BELGRADE, Serbia (AP) – Thousands of vaccine applicants from neighboring Serbian countries flocked to Belgrade on Saturday after Serbian authorities offered foreigners free coronavirus injections if they showed up over the weekend.
Long lines of Bosnians, Montenegrins and North Macedonians, often entire families, formed in front of the main vaccination center in the Serbian capital while police kept watch.
“We don’t have vaccines. I came here to get vaccinated, ”said Zivko Trajkovski, who is from North Macedonia. “We are very grateful that we can get vaccinated faster than in Macedonia.”
Zoran Dedic from Bosnia pointed out that his country and Serbia were part of a joint federation before Yugoslavia disintegrated in a war during the 1990s. “It makes no difference, Bosnia or Serbia. It doesn’t matter, ”he said.
Most of Serbia’s Balkan neighbors have been battling shortages and have just started mass vaccination campaigns, while Serbia boasts abundant supplies and one of the highest per capita vaccination rates in Europe.
The Serbian government has donated doses of vaccines to North Macedonia, Montenegro and Bosnia.
Critics of populist Serbian President Aleksandar Vucic argue that he is trying to extend his influence in the Balkans and polish the ultra-nationalist image he acquired during the bloody break-up of Yugoslavia.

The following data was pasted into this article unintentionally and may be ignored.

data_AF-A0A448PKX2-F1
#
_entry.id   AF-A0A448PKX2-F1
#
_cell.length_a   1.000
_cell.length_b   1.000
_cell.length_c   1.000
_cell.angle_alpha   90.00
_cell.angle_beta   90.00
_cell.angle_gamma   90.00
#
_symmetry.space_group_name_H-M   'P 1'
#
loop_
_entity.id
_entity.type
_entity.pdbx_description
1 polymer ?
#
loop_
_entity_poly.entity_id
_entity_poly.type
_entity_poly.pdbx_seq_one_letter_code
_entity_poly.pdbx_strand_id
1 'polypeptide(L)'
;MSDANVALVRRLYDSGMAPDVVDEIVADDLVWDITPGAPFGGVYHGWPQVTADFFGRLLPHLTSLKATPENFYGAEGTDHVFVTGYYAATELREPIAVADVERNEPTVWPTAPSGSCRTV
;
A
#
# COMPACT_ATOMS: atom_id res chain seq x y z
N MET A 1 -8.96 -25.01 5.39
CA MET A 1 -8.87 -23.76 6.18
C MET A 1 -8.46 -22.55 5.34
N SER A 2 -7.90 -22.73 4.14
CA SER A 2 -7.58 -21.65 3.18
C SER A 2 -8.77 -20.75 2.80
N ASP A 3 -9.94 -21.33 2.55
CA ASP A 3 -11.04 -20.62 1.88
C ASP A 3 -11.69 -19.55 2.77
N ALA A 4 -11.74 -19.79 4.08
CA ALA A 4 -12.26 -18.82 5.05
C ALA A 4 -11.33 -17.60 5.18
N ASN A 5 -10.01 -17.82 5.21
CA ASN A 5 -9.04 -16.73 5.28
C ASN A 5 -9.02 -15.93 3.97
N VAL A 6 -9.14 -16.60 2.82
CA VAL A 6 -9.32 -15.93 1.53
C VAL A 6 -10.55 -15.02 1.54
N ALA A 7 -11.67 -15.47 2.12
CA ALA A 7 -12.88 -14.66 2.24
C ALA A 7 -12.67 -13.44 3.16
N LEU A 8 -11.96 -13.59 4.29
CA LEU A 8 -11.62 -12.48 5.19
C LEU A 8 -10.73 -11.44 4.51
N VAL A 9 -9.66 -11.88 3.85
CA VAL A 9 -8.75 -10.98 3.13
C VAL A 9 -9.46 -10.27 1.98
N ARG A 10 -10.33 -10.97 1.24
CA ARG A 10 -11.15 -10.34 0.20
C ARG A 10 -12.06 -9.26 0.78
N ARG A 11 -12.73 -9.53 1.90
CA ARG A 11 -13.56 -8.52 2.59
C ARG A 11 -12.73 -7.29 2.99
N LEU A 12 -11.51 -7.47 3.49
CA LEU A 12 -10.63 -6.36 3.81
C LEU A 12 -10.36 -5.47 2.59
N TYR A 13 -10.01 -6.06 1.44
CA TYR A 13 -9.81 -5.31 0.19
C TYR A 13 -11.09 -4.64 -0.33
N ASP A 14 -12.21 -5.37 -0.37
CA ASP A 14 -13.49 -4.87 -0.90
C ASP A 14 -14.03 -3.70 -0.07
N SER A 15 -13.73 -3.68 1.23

Others say the AstraZeneca vaccine injections Serbia is giving foreigners are nearing their expiration date and should be used as soon as possible, a claim that could not be verified.
Bosnia’s Klix news portal described the huge lines of cars forming at the border crossings with Serbia on Saturday morning.
Klix reported that Bosnian businessmen were scheduled to take hits on Saturday after the Serbian Chamber of Commerce offered 10,000 shots to their colleagues in the region.
Serbia has one of the highest inoculation rates in Europe, mainly thanks to large government purchases of the Sinopharm vaccine from China and the Russian Sputnik V vaccine. The country is also using the vaccines developed by Pfizer-BioNTech and Oxford-AstraZeneca. .
Although more than 2 million people in the country of 7 million have received at least one opportunity so far, Serbia has seen a notable decline in the number of residents signing up. Officials and doctors link the abandonment in the interest of an increasingly vocal anti-vaccine movement.